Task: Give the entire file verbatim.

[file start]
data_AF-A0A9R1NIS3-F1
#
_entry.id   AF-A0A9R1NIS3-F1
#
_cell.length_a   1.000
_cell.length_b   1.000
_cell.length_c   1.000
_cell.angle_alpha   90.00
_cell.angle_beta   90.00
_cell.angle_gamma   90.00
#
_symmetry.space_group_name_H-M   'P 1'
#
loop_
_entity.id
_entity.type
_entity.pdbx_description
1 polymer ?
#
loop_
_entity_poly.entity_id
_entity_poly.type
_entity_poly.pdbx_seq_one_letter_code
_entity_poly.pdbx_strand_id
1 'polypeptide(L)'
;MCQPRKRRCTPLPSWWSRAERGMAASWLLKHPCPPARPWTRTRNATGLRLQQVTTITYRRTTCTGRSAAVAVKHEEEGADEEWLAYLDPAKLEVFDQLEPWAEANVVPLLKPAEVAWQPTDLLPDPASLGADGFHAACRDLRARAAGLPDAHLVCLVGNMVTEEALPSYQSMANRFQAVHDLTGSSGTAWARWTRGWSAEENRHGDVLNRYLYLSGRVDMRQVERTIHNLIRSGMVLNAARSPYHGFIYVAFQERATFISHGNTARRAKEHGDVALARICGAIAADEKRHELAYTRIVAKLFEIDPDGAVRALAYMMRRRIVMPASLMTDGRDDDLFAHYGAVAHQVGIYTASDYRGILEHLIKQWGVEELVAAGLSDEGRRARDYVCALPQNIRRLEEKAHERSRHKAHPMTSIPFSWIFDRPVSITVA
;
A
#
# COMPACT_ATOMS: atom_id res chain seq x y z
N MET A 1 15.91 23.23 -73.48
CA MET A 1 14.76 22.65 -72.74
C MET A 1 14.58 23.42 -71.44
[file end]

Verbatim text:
data_AF-A0A9R1NIS3-F1
#
_entry.id   AF-A0A9R1NIS3-F1
#
_cell.length_a   1.000
_cell.length_b   1.000
_cell.length_c   1.000
_cell.angle_alpha   90.00
_cell.angle_beta   90.00
_cell.angle_gamma   90.00
#
_symmetry.space_group_name_H-M   'P 1'
#
loop_
_entity.id
_entity.type
_entity.pdbx_description
1 polymer ?
#
loop_
_entity_poly.entity_id
_entity_poly.type
_entity_poly.pdbx_seq_one_letter_code
_entity_poly.pdbx_strand_id
1 'polypeptide(L)'
;MCQPRKRRCTPLPSWWSRAERGMAASWLLKHPCPPARPWTRTRNATGLRLQQVTTITYRRTTCTGRSAAVAVKHEEEGADEEWLAYLDPAKLEVFDQLEPWAEANVVPLLKPAEVAWQPTDLLPDPASLGADGFHAACRDLRARAAGLPDAHLVCLVGNMVTEEALPSYQSMANRFQAVHDLTGSSGTAWARWTRGWSAEENRHGDVLNRYLYLSGRVDMRQVERTIHNLIRSGMVLNAARSPYHGFIYVAFQERATFISHGNTARRAKEHGDVALARICGAIAADEKRHELAYTRIVAKLFEIDPDGAVRALAYMMRRRIVMPASLMTDGRDDDLFAHYGAVAHQVGIYTASDYRGILEHLIKQWGVEELVAAGLSDEGRRARDYVCALPQNIRRLEEKAHERSRHKAHPMTSIPFSWIFDRPVSITVA
;
A
#
# COMPACT_ATOMS: atom_id res chain seq x y z
N MET A 1 15.91 23.23 -73.48
CA MET A 1 14.76 22.65 -72.74
C MET A 1 14.58 23.42 -71.44